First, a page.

Re: Hybrid cars

wrote:


Maybe I'm a cynic, but IMO the current government is pushing hybrids, hydrogen, ethanol, etc. to distract the public and shut down discussion of measures which might actually reduce fuel consumption. The subsidy for hybrids is a tiny fraction of the subsidy for real estate agents to buy Hummers. Throwing a little money at fuel cell research is much cheaper and much more over-the-horizon than improving mass transit. Any measures which might decrease fuel consumption by monster SUVs are strictly off the table.
Add pictures here
<% if( /^image/.test(type) ){ %>
<% } %>
<%-name%>
Add image file
Upload
Message from Gordon McGrew written on 2/4/2006 11:57 AM:

Doesn't GM have a hybrid Silverado truck now? And doesn't both Ford and Toyota have hybrid versions of some of their SUV's. I would think that would make them more fuel efficient (if one can afford to buy them!)
Add pictures here
<% if( /^image/.test(type) ){ %>
<% } %>
<%-name%>
Add image file
Upload

Go to the Chevy web site and see how much information you can find on this "hybrid." Then see how much information is available on the "THUNDERING 345-HP VORTEC MAX 6000 V8"
http://www.chevrolet.com/silverado /

The Ford and Toyota might theoretically save some fuel if they replace a vehicle of equivalent size, but I don't wee many out there compared to the number of Avalanches and Tahoes driving around. In any event, my criticism isn't of hybrids, it's of the government policies that throw a few crumbs at a huge problem while refusing to take the most simple steps toward reforming defective regulations. For example, what is the EPA fuel economy of a Hummer H2? Give up? It's a trick question. It doesn't have one because it is not a light truck. It doesn't count against the GM CAFE.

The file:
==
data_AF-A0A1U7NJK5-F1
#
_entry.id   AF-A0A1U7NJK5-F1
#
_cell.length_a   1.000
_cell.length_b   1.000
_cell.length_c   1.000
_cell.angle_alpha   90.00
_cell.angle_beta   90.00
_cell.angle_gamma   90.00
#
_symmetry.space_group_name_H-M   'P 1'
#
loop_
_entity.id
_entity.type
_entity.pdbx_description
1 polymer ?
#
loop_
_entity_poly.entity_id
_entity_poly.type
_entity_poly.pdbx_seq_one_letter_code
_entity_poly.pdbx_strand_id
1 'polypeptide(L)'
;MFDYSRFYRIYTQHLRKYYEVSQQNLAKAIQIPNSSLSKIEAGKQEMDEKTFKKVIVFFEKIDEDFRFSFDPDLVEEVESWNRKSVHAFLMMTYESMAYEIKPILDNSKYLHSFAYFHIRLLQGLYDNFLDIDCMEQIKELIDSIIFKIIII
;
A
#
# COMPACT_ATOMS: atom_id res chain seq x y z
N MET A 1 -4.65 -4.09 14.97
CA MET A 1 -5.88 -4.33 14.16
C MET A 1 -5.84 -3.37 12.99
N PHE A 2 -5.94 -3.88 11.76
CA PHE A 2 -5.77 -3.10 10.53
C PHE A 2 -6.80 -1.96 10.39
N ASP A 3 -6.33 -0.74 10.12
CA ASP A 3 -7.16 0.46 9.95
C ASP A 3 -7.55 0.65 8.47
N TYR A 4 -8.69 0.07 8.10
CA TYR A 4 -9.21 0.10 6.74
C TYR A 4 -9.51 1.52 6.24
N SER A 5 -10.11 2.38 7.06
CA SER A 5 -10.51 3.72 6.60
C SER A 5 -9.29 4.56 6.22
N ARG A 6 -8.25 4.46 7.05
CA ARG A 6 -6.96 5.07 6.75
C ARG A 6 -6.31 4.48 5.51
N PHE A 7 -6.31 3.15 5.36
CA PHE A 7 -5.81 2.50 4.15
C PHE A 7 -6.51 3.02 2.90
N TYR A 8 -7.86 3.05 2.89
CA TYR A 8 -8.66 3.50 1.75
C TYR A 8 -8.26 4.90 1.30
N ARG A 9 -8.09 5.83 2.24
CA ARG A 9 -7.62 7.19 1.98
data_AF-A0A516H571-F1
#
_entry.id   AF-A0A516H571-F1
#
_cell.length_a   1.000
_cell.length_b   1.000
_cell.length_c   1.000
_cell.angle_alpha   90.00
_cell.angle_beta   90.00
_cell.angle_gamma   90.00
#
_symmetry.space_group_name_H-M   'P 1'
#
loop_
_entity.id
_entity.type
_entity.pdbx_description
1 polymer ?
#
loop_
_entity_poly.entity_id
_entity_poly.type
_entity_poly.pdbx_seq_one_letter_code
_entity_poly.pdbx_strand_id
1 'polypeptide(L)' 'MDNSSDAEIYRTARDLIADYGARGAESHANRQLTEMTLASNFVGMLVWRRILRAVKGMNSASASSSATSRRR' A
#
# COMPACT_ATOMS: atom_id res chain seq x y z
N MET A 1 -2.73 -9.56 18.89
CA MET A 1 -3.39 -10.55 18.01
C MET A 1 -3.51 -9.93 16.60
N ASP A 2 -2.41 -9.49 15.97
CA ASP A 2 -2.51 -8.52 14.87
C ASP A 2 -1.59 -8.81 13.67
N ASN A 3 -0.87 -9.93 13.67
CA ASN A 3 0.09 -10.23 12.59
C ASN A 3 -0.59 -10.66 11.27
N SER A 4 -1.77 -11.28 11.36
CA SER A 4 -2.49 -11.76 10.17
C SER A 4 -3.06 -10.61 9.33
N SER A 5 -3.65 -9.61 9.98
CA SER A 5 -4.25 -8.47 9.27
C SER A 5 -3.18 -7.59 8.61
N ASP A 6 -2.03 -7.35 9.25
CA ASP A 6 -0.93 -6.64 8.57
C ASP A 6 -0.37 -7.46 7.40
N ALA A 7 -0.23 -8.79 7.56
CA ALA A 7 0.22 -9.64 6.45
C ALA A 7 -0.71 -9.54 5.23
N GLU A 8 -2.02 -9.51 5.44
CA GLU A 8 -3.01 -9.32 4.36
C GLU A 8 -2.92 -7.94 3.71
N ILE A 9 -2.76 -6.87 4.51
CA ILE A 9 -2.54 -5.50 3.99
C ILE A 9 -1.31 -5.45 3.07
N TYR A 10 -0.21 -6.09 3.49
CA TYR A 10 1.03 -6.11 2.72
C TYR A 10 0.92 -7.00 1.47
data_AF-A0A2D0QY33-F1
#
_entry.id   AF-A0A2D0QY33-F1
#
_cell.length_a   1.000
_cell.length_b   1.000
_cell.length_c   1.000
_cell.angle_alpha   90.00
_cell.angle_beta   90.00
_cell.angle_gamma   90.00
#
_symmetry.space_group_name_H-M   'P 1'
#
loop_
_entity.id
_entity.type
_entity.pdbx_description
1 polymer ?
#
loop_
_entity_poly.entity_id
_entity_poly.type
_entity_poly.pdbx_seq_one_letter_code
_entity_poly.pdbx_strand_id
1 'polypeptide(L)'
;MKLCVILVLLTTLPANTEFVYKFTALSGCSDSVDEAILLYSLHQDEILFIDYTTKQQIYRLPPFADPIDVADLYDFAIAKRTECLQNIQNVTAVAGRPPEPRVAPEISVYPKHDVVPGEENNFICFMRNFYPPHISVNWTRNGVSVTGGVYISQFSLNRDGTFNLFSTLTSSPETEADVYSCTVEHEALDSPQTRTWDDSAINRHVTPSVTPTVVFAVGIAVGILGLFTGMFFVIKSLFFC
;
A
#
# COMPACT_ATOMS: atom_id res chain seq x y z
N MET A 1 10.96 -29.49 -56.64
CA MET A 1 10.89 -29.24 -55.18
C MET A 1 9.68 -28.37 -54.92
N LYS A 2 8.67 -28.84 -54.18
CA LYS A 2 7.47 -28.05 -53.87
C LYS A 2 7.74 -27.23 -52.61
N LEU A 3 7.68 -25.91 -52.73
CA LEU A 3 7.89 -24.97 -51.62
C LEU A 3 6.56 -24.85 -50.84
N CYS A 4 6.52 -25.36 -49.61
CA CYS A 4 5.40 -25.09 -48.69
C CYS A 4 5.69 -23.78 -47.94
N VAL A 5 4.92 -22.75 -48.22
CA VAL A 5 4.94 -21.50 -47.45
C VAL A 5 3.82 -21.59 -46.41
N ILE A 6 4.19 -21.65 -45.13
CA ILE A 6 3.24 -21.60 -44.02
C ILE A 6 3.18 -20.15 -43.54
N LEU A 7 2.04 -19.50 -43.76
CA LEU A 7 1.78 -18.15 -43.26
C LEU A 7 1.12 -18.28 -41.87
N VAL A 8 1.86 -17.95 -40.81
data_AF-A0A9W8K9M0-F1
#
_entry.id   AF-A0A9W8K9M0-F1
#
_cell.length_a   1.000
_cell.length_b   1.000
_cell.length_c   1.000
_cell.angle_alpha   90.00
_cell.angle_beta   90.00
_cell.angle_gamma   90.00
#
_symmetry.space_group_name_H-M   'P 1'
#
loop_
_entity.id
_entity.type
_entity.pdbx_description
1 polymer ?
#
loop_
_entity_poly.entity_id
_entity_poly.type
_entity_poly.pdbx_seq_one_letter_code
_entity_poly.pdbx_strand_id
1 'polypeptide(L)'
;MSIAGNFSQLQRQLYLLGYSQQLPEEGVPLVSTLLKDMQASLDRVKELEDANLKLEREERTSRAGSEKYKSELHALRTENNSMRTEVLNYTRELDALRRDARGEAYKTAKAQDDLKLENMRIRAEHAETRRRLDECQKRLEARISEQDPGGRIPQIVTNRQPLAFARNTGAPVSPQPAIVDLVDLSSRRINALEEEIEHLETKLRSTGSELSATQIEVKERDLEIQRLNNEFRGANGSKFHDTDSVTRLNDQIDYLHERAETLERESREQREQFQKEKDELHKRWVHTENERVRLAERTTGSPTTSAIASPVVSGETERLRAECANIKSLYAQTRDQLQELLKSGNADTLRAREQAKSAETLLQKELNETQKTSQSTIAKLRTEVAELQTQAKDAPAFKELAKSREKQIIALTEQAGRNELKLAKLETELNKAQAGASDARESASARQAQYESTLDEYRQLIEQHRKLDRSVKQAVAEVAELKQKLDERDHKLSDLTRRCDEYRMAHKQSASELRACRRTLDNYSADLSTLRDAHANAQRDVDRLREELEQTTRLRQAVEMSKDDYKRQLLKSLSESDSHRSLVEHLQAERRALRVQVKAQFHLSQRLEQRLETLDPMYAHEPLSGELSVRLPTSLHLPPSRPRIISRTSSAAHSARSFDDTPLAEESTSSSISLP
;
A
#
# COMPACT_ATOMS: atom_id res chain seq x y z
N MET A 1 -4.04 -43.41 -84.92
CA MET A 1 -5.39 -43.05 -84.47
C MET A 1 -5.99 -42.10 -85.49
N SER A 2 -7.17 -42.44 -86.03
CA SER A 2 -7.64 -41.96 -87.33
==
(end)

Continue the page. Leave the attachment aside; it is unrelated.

Add pictures here
<% if( /^image/.test(type) ){ %>
<% } %>
<%-name%>
Add image file
Upload
Message from Gordon McGrew written on 2/4/2006 6:39 PM:

If the government got back into this they would just mess it up worse than it already is at best and create even worse "unintended consequences". CAFE is a big contributor to what pushed people to buy these monstrosities. And all because a family sedan or wagon that could tow 5000 pounds and haul 7 people around couldn't be built any longer and still meet CAFE. The American family still had the requirement for vehicles with those capabilities. Enter the scene first was the minivan (as a people mover, not so much a tow vehicle), followed by the SUV that covers both requirements
Before you say anything, I drive a mid-sized sedan and never owned an SUV. But when the kids were still around, we simply didn't all fit in a "sedan" and needed at least a minivan. So that is what we had.
Add pictures here
<% if( /^image/.test(type) ){ %>
<% } %>
<%-name%>
Add image file
Upload
Gordon McGrew wrote:

numbers are important.
A properly designed hybrid sizes the IC engine to equal the AVERAGE power requirement, the electric motor to fit the difference between desired PEAK and the AVERAGE.
Many of these so-called hybrids have very large IC engines with a small electric motor to provide a slight performance boost. Yeah, they are technically hybrids, but not worth much. A 300 hp IC engine and a 25 horse electric is not going to save you much gas.
Add pictures here
<% if( /^image/.test(type) ){ %>
<% } %>
<%-name%>
Add image file
Upload
Gordon McGrew wrote:

I agree. The amount of increased spending the administration is talking about is minimal, and it is going to be directed in some wrong ways. We don't NEED fuel cells to run our cars on hydrogen. The gasoline or diesel engine can be easily adapted to run on hydrogen. We need the research on how to economically OBTAIN hydrogen.
Add pictures here
<% if( /^image/.test(type) ){ %>
<% } %>
<%-name%>
Add image file
Upload

Motorsforum.com is a website by car enthusiasts for car enthusiasts. It is not affiliated with any of the car or spare part manufacturers or car dealers discussed here. All logos and trade names are the property of their respective owners.